A New York Times article states that the FCC plans to propose rules requiring mobile phone companies to alert customers by voice or text message when they are have reached monthly usage limits and are about to incur extra charges. The problem is that so many mobile phone user are getting “bill shock” each month because they have gone over their limit in voice and data
Recently, Verizon has agreed to refund thousands of dollars to its customers because of “mystery” charges that they paid over the last few years. We’ve all seen the $2 and $3 charges that sit on our bills for fees we have no idea what they are for.
In these economic times, every dollar counts, so the cost of having a mobile phone is under scrutiny. Nobody wants to get a $400-$4,000 bill at the end of the month when they were expecting a $40 bill. The proposed FCC rules are supposed to eliminate this problem by requiring all mobile phone companies to alert their customers when they are approaching the limit.
The mobile phone companies are opposed to more regulation citing they already have mechanisms in place the consumer can use. The problem with this argument is the average cell phone user is probably not tech savvy enough to know the service is available to them or how to use it. So the fact that the option is available does not mean the customer is aware or will use it.
I happen to use my usage limit notification tool. It is a lifesaver for me. I get an alert telling me when I am approaching my usage limit. This is very good since I have a teenager on my plan. When I get an alert, I tell her to monitor her calls or wait until the weekend for long phone conversations.
Though I utilize this tool, it’s not very likely that others do, so they may continue getting “bill shock.” The new rule the FCC wants to implement may be the right thing to do. People who aren’t tech savvy get another layer of consumer protection. After all, this is a service the mobile companies are providing and without the consumer buying their services, they would stop being relevant and viable.
The FCC rule is good for everyone, however the mobile phone companies’ only objective is to make money. That is why they are in business. The less consumers monitor their usage, the more money the mobile phone companies make. If you are a stockholder, executive, or owner this is advantageous. But if these companies want long term loyalty, embracing the FCC ruling or at least making usage limit alerts standard would be the right step in ensuring customer loyalty.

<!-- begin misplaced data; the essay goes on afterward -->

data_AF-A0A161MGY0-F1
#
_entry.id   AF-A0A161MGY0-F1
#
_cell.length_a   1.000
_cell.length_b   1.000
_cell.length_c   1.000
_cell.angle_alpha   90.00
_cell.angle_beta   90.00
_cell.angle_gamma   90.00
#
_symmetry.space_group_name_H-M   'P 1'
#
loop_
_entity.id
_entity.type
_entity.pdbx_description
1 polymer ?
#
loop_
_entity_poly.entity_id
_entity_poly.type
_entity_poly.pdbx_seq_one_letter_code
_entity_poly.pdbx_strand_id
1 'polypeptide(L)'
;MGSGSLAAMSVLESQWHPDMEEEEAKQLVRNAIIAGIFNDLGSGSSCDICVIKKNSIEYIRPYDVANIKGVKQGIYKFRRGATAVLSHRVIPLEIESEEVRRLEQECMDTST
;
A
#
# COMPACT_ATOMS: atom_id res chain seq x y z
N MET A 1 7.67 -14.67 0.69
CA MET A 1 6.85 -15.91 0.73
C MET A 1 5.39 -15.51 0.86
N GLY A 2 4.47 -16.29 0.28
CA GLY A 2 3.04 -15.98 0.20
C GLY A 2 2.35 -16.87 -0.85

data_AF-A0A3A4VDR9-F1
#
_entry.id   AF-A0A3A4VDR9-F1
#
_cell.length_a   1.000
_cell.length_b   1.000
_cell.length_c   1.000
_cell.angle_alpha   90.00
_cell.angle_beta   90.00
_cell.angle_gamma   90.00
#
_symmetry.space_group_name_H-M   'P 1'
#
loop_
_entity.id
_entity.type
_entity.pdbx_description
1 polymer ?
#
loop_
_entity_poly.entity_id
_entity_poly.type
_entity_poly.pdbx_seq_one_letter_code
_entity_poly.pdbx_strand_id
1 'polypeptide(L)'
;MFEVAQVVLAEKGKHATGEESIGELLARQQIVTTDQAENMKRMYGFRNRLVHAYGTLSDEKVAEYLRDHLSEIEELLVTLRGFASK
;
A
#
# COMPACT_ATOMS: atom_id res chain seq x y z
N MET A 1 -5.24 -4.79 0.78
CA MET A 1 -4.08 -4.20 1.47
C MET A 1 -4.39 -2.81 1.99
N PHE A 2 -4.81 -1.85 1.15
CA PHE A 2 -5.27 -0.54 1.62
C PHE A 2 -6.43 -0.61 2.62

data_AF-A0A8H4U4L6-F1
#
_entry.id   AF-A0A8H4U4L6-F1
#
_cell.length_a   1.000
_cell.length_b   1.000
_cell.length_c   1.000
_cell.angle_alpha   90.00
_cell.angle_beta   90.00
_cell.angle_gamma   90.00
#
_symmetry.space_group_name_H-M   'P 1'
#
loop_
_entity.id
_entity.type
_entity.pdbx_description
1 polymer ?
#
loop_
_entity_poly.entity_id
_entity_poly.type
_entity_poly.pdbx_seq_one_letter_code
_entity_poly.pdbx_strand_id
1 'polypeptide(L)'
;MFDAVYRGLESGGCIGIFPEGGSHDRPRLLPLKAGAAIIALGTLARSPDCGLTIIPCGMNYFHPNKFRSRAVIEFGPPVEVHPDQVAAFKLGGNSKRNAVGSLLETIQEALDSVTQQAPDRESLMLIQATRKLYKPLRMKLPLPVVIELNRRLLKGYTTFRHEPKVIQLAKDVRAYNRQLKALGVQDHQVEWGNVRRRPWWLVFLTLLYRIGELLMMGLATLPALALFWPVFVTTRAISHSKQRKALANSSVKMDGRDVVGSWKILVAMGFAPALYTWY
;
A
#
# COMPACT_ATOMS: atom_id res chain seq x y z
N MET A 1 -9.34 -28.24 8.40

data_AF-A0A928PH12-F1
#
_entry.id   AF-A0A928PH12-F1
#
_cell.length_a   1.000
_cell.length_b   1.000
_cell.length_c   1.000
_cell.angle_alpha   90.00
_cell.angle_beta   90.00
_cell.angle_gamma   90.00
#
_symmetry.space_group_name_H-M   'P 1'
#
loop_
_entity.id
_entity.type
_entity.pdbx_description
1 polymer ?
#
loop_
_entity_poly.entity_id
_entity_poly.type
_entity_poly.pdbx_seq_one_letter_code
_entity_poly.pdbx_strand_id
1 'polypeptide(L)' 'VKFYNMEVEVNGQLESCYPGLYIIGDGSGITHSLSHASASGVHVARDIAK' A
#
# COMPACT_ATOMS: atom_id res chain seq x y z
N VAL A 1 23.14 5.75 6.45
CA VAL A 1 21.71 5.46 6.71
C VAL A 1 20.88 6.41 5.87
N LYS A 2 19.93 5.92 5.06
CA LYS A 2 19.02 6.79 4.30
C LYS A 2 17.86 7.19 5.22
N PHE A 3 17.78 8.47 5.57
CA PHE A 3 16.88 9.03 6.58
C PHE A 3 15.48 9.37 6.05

If you are one of thousands who deal with outrageous cell phone fees I offer a few tips to regain a sense of control over your bill and save money:
- Know your billing cycle and look at your usage at the halfway point. If you are going close to going over the limit call your provider and request an upgrade to avoid the overage fees.
- Take advantage of the usage alert system option if it is available for your phone. Call the customer service center or visit the website for instructions on how to find it on your phone and how to use it.
- Make calls during off peak hours as much as possible. If you have multiple lines on your account, be sure everyone is aware of their calls and data usage.
- If you have kids on your plan consider not putting data plans on their cell phones and getting an unlimited text message plan. Let’s face it, kids text more than talk on the phone.
- Review your usage with your provider’s customer service rep and come up with the best plan for the amount of time you use.
- Plan for unusual peaks in usage when family or friends will be out of the country, going off to college, or other events that separate and for which the phone will be the primary mode of communication.
These measures will reduce your chances of having an outrageous mobile phone bill at the end of the month. If the FCC rule passes that will be great for the consumer; money will be saved and that’s great during these tough economic times. But if the rule is delayed or doesn’t pass, you have ways to take control of your cell phone billing destiny.
Samantha Gregory Founder, RichSingleMomma.com
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